- Prepare yourself like a politician! Make sure your resume is smart and professionally prepared. Make strong value statements, and ensure that your accomplishments are aptly summarized. Know why you are powerful to an organization and be prepared to say it at in any networking conversation. Your goal is to convert conversations into viable business opportunities.
- Know your story. Don’t assume the recruiter or the hiring authority understands what you do just from your title. Be prepared to succinctly tell specific stories around the accomplishments you listed in your resume. Storytelling demonstrates your ability to communicate and, by engaging listeners, ensures they will remember you. In these first steps, the burden falls on you to prove your value, not on the recruiter.
- Practice interviewing with a career coach. Once you’re prepared, be sure to treat the recruiter as if you are interviewing with the CEO or the hiring authority. Demonstrate that you understand your market, the industry trends, and the critical business issues you have solved in your role.
- Stay formal. It may be natural to want to be familiar, loose, or too honest with previous colleagues or recruiters when responding to career-transition questions. You also might feel that you want to save your “good” answers for the real hiring authority, but be very careful in this area. Part of the recruiter’s role is to pre-screen candidates and eliminate those who are not articulate or aligned with business requirements. If you are networking with previous colleagues, they have a reputation to uphold as well. Sell your business skills in every conversation!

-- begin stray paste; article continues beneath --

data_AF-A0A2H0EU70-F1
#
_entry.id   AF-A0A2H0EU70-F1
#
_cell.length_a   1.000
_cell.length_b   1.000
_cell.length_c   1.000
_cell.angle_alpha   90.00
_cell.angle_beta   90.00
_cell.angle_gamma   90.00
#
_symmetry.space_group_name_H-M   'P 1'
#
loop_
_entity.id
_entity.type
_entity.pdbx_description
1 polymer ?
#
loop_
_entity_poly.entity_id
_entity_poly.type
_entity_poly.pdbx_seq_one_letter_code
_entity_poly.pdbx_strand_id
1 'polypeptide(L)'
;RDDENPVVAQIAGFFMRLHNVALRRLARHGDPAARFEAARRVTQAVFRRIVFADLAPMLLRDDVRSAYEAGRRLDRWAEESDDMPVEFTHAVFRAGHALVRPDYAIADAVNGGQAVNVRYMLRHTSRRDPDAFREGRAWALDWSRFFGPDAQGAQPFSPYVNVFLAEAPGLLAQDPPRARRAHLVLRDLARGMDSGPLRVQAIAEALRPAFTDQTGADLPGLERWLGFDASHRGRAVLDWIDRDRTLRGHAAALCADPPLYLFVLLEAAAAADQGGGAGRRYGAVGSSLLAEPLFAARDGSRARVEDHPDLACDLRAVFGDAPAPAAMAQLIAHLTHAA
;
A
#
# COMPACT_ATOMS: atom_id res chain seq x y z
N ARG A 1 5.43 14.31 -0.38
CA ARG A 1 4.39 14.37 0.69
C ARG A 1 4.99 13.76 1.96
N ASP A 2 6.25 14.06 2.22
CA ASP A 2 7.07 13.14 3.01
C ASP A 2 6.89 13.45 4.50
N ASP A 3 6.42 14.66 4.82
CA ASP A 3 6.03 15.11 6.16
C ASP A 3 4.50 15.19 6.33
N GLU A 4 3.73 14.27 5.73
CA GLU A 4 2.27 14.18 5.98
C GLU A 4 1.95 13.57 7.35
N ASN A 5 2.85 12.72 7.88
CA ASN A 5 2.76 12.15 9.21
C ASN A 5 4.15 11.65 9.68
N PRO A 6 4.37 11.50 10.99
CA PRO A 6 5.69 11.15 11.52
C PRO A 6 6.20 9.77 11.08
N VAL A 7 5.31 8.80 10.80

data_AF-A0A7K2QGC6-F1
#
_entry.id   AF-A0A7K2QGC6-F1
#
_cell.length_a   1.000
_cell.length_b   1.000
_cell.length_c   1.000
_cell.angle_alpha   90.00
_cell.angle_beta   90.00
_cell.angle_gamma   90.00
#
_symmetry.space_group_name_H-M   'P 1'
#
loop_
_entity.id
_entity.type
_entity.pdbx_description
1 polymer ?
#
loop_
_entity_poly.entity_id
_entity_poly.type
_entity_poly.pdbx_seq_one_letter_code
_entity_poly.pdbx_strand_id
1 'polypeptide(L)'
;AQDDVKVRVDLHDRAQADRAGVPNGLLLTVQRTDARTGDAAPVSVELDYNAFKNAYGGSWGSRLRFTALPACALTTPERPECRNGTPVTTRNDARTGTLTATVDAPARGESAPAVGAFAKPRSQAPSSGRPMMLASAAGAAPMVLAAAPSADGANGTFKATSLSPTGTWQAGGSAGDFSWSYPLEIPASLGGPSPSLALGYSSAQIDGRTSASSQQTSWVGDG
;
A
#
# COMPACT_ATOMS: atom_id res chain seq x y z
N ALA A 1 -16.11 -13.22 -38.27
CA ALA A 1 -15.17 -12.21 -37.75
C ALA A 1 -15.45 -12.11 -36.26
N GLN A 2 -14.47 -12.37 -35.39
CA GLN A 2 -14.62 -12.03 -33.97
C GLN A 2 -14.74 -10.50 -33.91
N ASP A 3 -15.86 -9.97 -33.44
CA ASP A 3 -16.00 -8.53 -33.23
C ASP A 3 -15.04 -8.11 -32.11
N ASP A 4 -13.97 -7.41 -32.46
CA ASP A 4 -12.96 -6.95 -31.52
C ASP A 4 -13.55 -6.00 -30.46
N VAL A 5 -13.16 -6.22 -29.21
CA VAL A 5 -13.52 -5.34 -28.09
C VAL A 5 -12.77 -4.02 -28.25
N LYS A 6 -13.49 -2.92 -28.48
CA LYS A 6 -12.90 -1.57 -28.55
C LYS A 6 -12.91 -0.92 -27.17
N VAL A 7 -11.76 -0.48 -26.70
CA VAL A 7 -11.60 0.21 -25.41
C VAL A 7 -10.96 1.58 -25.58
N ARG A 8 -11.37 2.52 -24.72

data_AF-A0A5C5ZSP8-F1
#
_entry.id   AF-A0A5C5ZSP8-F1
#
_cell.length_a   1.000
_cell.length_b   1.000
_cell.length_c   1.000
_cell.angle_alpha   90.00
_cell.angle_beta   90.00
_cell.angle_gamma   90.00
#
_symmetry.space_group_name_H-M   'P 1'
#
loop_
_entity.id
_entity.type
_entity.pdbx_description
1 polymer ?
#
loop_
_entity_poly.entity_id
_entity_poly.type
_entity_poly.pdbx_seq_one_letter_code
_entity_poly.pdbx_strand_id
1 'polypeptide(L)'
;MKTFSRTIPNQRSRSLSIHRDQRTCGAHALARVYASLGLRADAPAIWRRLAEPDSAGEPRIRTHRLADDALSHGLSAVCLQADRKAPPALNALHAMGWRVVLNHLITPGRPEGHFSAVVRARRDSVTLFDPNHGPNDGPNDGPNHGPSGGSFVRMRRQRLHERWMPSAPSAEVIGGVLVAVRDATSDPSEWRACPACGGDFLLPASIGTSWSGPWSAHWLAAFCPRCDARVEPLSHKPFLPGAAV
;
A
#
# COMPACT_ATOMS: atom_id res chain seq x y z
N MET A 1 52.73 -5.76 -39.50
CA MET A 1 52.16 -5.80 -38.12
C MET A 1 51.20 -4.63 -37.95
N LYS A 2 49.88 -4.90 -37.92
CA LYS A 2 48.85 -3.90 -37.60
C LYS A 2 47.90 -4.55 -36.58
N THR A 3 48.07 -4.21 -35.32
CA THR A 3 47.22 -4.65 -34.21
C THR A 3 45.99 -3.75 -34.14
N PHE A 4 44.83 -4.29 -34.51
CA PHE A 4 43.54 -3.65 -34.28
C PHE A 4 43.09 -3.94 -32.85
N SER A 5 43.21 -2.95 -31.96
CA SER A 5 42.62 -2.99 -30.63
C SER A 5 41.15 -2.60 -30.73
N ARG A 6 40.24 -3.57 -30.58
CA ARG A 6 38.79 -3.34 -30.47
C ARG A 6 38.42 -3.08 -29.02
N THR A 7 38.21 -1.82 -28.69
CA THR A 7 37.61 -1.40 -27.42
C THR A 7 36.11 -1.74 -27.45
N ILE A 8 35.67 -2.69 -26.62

- Don’t Be a Generalist. Be prepared to discuss roles that you flourish in, that are best suited for you and where you can make impact. Have a specific list of companies that you are attracted to in the market, and why you should be presented to them.
Career networking revolves around your business acumen, your passion and motivation, your accomplishments, and your business value proposition. Remember the goal is to convert conversations into viable business opportunities.
If you haven’t taken the time to get your Shift together before looking for the next career opportunity, you may be half-hearted about the search or you’re self-defeating about your possibilities. That’s the time to seek a coach.
Is your Shift together? Let’s find out together.
Donna is a career and sales coach who works with individuals to help them become more successful. She also works as a sales/players coach with FOBIA. If you are seeking Career Coaching to fuel your success for a new appointment or due to merger and acquisition, or simply to stretch your leadership skills, Donna will work as your thought partner to provide career management support in areas such as: best career search strategies, latest trends in career collateral, personal branding strategies, mock interviews, and comprehensive psychometric testing. Click here for details http://bit.ly/11tqNKw
Donna also provides sales coaching and sales coaching workshops.